Look Inside. Author Heather Montgomery (one of STEM Tuesday’s own!) may be the real-world’s answer to Calpurnia. Like Calpurnia and her brother Travis, Heather embodies both curiosity and a connection to the natural world. Help students follow in Calpurnia and Heather’s footsteps by offering dissection opportunities for your students; if not with animals, then with plants or gadgets.
Do Some Good! Look for a citizen science opportunity, such as this one (in Vermont), to share road kill sightings with scientists so they can study and help wildlife. Or think about organizing your own study of a small section of your community. Students might track road kill along their bus routes for a period of time. They might not be able to investigate the details from the bus window, but they could create maps of the routes and areas of relatively frequent road kill incidents.
Explore the Results of Rocket Science. On Page 289 of her autobiography, “rocket scientist” Sylvia Acevedo mentions two NASA projects she worked on. Visit NASA web pages to find out more about these missions. Solar Polar Solar Probe, now called the Parker Solar Probe, which launched this year, some 30 years after she worked on the project, and Voyager 2 Jupiter flyby. Check out the pictures of the results of these probes’ successful missions!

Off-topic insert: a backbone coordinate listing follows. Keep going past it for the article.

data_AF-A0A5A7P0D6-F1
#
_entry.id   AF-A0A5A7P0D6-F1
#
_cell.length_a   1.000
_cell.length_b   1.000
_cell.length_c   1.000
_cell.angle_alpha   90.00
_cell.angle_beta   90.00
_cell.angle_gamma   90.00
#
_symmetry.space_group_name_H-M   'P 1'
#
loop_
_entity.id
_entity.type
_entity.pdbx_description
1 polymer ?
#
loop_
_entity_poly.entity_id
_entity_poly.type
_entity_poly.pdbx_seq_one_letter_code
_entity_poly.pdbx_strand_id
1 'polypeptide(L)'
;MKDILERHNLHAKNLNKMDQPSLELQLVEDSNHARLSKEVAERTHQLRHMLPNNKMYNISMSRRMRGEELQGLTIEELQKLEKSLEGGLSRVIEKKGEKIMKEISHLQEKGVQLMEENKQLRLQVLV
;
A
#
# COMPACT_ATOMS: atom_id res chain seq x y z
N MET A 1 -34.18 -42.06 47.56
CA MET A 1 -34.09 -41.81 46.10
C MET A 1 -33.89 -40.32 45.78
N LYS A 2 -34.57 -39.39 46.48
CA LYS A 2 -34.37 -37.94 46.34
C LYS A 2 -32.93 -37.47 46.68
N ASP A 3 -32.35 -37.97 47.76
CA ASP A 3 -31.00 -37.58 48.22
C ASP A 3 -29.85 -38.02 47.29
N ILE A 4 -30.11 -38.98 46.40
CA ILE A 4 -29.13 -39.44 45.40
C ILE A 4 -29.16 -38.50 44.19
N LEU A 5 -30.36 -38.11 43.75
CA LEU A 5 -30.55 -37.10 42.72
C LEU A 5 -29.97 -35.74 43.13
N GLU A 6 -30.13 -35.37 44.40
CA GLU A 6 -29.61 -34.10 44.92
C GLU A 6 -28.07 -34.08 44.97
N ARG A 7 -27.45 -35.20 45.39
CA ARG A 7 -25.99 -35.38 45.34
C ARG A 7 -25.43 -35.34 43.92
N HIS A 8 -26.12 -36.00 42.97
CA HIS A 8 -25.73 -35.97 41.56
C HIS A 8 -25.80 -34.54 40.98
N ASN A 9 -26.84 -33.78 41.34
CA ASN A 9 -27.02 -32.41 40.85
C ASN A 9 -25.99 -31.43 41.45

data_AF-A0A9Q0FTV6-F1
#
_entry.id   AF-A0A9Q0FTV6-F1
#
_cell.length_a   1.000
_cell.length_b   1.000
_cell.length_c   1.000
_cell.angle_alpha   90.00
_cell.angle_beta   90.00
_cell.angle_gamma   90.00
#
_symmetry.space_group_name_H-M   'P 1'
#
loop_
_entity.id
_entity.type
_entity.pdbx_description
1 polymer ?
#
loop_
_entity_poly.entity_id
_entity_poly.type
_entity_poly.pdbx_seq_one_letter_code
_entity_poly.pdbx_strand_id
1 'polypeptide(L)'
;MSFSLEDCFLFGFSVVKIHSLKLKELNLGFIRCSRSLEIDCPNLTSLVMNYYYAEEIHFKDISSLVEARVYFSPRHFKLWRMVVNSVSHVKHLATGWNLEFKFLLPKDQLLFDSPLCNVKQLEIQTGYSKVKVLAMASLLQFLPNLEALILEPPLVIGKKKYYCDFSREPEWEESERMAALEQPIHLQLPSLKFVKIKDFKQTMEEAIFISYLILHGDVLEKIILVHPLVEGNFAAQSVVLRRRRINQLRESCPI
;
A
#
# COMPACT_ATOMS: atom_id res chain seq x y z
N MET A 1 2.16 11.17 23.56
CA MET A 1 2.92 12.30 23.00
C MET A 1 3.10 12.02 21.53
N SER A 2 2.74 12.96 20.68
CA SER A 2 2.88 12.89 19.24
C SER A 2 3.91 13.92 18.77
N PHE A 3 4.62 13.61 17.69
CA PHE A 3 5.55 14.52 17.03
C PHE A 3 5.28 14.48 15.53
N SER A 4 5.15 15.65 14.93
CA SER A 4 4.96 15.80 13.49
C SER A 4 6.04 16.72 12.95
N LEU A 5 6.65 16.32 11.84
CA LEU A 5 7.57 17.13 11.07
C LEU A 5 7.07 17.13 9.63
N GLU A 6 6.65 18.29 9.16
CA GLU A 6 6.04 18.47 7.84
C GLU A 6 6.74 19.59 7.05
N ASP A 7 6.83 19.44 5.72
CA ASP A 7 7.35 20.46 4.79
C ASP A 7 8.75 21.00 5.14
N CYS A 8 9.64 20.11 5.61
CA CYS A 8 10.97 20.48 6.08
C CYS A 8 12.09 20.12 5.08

Know the Alpha, Beta, and Gamma of Radioactivity. These resources can help kids grasp some of the book’s science content:
- Show this 4-minute video to introduce some key basics of radiation and radioactivity.
- See and hear a Geiger counter at work:
- Help kids learn about the logic of the periodic table with this Paint Chip Periodic Table activity.
- Model half-life with simple objects and ice.
Bonus: Teacher Guides!
And, finally, for discussion ideas, as well as a few STEM-related activities, check out the teachers’ guides available for each book.
- Charles & Emma
- The Curious World of Calpurnia Tate
- Path To The Stars (requires membership to Teacher Vision)
Drop Us a Line. As always, we at STEM Tuesday are eager to hear what you think of these ideas, how you use and adapt them, and how else STEM books have brought excitement to your classroom. Please leave a comment.